Author’s Note: I took this selfie the night I was raped. I have included it here, as it is significant. It shows the point at which my life changed—there wasn’t a lot of smiling going on for a long time after that.
An Open Letter to the Women & Men who have Experienced Rape.
I’m not going to ask you how you’re doing because I already know. Times are bad right now, and you’re reaching new levels of low.
But it’s okay. I’m here for you.
I have a practical mind and an open heart, so I’ve put together this guide to help you in your hour of need. I’m no doctor, but I what I write comes from my heart and experience.
From a young age I remember being bombarded by messages—from the media, friends, and family—about how to keep safe. Not being raped was my responsibility. So, I followed all of this advice; I never took risks going home and stayed with my friends. I fiercely protected my drinks and never accepted drinks from a stranger that I didn’t see being poured. I dressed with style and class, took registered taxis and gripped my keys in my hands whenever faced with walking down a dark street at night.
But guess what? It didn’t work.
When I was raped, I blamed myself. I felt ashamed and responsible for not taking better care of myself. On reflection, I blame the media for a lot of this reaction.
I am here to tell you that this isn’t your fault.
Maybe you were drugged like me, or perhaps someone you trusted did this to you. I can almost guarantee that you were not dragged off a dark alley, as that is rare. But if you were, then this is for you too.
Have you been to the police? Or a hospital? I’m not going to force you, as that’s your decision, and maybe you don’t have the strength right now, but please consider this. Maybe your rapist has done this a dozen times before and will continue to do so to other people. They could already have police history, and your statement might make all the difference. It might not go to trial, but you will know for a fact that if you knew your rapist the police will interview him—and he may think twice before doing this again.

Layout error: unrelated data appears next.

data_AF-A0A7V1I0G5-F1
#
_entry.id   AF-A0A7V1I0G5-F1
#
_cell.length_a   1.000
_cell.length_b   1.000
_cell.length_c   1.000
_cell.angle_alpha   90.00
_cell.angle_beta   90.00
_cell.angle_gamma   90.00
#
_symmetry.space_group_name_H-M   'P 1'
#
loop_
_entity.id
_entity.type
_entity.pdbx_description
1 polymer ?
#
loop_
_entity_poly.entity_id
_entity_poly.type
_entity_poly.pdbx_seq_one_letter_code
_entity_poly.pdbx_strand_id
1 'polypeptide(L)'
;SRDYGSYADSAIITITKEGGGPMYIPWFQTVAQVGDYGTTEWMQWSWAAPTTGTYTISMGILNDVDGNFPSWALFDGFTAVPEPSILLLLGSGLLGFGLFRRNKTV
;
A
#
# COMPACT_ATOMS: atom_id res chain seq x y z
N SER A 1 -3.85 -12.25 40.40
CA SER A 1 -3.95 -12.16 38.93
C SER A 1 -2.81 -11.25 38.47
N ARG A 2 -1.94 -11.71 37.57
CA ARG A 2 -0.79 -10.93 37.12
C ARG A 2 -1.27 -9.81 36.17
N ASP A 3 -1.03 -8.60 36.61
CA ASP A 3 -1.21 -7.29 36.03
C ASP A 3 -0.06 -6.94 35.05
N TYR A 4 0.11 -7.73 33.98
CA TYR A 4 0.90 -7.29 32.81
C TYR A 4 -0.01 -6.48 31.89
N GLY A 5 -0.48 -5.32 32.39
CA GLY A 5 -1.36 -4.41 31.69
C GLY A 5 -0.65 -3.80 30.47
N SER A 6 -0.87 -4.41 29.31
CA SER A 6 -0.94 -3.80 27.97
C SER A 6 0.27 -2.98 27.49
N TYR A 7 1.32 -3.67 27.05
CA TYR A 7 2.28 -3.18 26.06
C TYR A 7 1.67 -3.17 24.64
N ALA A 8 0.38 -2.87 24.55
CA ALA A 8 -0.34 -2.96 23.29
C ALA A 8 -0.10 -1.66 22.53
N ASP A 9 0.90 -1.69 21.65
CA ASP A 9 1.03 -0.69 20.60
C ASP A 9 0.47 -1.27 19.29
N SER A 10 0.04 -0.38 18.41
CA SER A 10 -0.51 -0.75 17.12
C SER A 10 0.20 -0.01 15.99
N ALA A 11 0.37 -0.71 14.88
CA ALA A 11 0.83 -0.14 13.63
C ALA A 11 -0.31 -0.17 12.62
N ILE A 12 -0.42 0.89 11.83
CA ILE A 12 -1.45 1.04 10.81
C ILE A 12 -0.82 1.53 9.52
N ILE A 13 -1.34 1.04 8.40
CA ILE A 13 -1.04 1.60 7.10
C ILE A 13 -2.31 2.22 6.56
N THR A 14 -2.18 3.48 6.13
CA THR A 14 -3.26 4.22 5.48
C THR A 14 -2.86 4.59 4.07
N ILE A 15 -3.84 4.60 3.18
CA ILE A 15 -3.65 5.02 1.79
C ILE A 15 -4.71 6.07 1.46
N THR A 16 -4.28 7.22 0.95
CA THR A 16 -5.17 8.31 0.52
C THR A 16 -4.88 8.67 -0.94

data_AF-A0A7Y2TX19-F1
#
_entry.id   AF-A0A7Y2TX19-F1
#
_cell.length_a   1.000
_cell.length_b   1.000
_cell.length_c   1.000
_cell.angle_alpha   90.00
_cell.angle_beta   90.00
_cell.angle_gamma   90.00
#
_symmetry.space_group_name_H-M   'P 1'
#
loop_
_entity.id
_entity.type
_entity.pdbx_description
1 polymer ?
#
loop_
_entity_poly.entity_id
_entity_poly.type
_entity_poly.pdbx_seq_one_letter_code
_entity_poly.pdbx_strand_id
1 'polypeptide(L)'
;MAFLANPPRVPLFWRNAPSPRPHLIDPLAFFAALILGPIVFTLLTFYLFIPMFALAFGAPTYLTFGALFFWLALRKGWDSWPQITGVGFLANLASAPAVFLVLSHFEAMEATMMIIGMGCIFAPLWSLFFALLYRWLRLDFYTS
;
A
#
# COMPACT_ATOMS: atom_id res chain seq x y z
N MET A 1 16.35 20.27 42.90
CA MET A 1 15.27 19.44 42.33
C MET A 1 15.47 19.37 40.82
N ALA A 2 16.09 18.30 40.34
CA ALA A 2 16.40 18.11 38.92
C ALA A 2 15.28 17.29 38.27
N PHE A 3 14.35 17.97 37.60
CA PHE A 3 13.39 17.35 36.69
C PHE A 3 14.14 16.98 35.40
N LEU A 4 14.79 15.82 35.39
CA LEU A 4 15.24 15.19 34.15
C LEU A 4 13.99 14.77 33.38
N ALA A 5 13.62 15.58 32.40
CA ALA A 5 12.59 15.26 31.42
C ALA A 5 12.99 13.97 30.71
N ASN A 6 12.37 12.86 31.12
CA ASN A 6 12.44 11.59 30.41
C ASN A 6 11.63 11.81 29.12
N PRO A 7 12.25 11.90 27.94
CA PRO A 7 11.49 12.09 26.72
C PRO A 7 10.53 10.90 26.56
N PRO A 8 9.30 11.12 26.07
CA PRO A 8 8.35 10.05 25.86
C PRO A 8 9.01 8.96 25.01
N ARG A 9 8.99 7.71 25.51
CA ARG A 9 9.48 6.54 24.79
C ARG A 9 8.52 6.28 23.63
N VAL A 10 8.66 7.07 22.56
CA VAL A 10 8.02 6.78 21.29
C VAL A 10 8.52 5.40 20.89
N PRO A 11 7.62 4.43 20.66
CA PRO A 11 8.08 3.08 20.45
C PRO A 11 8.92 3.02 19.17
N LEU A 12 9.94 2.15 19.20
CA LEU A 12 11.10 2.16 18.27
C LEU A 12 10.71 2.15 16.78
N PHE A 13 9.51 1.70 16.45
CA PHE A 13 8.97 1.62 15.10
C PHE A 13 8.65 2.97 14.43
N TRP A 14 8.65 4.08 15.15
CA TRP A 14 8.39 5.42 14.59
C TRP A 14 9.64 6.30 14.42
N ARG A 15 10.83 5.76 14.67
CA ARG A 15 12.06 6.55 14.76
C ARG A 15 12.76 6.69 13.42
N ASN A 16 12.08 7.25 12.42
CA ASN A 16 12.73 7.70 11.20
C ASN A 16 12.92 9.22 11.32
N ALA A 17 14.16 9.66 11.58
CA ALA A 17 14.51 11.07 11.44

You can’t change what happened to you, but you can send a message out to him via law enforcement, and he will know that his record is no longer squeaky clean. There are warning flags there.
Okay, lecture over. I’m only saying it because I care about you.
Let’s get to the point, since this is a Survivors’ Guide after all. Once again, I am not a medical or mental health professional. This is from my heart. You may not agree with it all, but please listen to what I have to say; it might help you.
Step 1: You’re awake!
You’re safe and in your own bed. Maybe you are going to stay there all day and cry, but that’s okay. You know why? Because you’re alive. You’re surviving, even if you don’t feel like you are. Huge respect to you, my friend, because you have made it through another day and night.
Step 2: You got up today!
Big high five to you, because I know that took all the energy you have right now. So you know what, if you don’t want to shower today or change your clothes, then that’s okay. It’s all totally cool because you’re surviving.
Step 3: You are finding coping mechanisms.
Now these may not all be healthy, but you’re trying your best. You don’t need me to point out to you that alcohol and drugs are only going to make things worse. That overeating or starving yourself or exercising to the point of collapse is damaging. You have been to hell and back, friend, so I hereby give you permission to ignore anyone who tries preaching to you on this one. You will stop these vices when you are mentally able, but for now, it’s okay, because you have once again survived another day.
Step 4: You have dark thoughts.
Now this is where you will, I’m afraid to say, have to lean on someone. PTSD (Post Traumatic Stress Disorder) and depression can cost you your life if you don’t deal with them. I want you to continue to repeat step one each day—and in order for you to do this, you need help. As my friend Snoop Dogg once said, “there’s six million ways to die, choose one.” I thought about this a lot through this phase, and the people around me were the only thing that calmed these thoughts of suicide.
Step 5: Talk!
I shall use another musical reference here and quote the Blues Brothers, because “everybody needs somebody.” Think carefully about the best listener you have in your life and confide in them. They may not be the closest person to you, but right now you need someone who is patient, calm and non-judgmental (especially if you are experiencing numbers three or four above).
Step 6: Learn to love yourself again.
So you have been through the hardest part. You have reached lows you never thought possible, but now it’s time for me to nudge you a little. I have seen your anger and your pain. I have felt your tears falling thick and fast after you drank your bodyweight in alcohol. Those lines of coke that get you out of the door in the morning need to stop, because you deserve a life much richer than this. Your rapist took a lot from you; don’t let him take your future. I’m here with you, and I’m holding your hand even if you can’t feel it. You’re surviving—and now you need to start living again.
I’m not going to lie; survival takes a lot of hard work and commitment. It’s a long path full of uphills, twists and turns. There may be days when you don’t think you are coping at all, and in those times, just remind yourself of step one, and follow through on step five.
Take it slowly my friend, and you will get there—I promise.
With love and support,
Your friend and fellow survivor, Clair
If you need help, there are resources:
Author: Clair Draper
Images: Author’s Own
Editors: Toby Israel; Sara Kärpänen